Saturday, August 16, 2008

Summer Art Night

On Wednesday, I hosted a Summer Art Night for the kids at church. We did four different projects, and I focused on messy projects that the kids probably wouldn't be allowed to do inside during the middle of winter.

This event was designed for toddlers on up. A few of the kids there are heading into sixth grade next week, so we really had a wide age span. But the great thing about these projects is that they're focused on the process, not the product, so all the kids were able to get into them and enjoy them.

Here's what we did:

1) I mixed bubble solution with food coloring. The kids blew the colored bubbles toward their paper with bubble wands. Some bubbles landed on the paper and left big colored circles on the paper; others popped in the air and rained down splashes of color onto the paper.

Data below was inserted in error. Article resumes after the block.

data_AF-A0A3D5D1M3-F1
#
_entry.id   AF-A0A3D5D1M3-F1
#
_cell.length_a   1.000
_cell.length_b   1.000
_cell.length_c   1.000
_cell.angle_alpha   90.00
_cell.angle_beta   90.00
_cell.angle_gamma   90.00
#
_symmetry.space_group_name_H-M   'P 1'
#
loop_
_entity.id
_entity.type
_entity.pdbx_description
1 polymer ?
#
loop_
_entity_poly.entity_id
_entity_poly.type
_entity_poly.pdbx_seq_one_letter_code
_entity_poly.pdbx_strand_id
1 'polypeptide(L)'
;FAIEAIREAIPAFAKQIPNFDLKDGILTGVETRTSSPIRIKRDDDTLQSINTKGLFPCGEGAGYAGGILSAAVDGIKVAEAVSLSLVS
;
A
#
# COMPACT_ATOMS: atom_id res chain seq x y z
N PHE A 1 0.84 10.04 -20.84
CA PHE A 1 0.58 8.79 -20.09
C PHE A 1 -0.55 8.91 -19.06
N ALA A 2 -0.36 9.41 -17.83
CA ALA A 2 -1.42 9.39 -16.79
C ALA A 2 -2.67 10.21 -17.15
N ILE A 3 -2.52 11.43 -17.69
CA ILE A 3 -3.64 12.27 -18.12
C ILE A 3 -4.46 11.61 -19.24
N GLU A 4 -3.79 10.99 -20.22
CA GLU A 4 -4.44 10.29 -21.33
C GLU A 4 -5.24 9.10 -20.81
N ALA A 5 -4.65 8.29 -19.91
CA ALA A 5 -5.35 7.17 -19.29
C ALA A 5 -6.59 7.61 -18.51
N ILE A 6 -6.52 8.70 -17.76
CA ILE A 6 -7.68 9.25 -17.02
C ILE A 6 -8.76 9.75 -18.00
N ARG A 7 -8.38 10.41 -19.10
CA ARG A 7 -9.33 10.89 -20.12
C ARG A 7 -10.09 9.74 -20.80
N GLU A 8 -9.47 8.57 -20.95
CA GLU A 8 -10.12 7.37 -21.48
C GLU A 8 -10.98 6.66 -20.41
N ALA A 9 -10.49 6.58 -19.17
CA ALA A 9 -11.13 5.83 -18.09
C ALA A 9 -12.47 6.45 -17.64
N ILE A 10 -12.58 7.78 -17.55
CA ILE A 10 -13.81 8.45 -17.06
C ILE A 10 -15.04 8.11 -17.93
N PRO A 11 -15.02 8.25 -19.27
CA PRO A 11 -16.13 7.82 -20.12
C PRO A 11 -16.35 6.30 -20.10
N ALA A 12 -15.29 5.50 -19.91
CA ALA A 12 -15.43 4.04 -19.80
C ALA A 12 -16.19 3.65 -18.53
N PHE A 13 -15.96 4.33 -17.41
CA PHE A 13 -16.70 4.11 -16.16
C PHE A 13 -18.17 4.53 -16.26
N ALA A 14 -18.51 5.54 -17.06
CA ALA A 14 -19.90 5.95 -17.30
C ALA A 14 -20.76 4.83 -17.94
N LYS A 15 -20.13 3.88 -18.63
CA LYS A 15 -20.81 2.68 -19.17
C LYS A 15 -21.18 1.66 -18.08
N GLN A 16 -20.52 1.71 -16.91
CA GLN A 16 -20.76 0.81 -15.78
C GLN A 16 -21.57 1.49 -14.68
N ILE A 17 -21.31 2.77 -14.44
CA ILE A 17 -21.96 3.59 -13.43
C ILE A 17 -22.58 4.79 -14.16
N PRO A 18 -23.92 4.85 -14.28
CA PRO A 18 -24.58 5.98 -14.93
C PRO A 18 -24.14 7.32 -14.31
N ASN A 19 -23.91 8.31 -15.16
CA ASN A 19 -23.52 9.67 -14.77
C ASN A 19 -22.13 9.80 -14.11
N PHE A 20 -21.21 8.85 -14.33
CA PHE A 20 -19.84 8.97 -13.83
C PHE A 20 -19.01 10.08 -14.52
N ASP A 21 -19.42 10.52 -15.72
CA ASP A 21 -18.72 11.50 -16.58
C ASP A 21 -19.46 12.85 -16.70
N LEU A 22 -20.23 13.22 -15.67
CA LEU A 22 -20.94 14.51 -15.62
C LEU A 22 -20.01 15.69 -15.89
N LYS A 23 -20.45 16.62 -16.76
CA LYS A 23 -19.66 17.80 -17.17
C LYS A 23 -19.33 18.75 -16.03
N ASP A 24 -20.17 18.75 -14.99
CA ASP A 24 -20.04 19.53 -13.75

2) The kids rubber-banded sponges to the bottom of their feet. They stepped on trays of paint, then walked on paper to create a stamped design.

3) The kids drew pictures on the shiny side of freezer paper with washable markers. Then, they hung them on the clothesline and misted them with a spray bottle of water. Depending how much you spray, the ink can either bead up or drip down the paper.

4) We hung sheets on the clothesline and got them good and wet with the hose. Then, the kids got to use a variety of brushes (bristle brushes, sponge brushes, and sponge rollers) to paint on the sheets with washable tempera paints. (Supposedly, you can spray the sheets back down and start over when you're done, but we didn't try that, because it was time to eat a snack and head home.)

I didn't get as many pictures of Landon as I would have liked, because I was busy coordinating the much larger than I'd expected crowd, but here are the ones I did take.


Linda said...

Okay. Do the bubbles look colored in the air or only when they pop? I work with toddlers and would love to do this (oral motor skills)!

Meghan said...

They might show a little bit of color in the air, but not much. You notice it much more once it lands on the paper.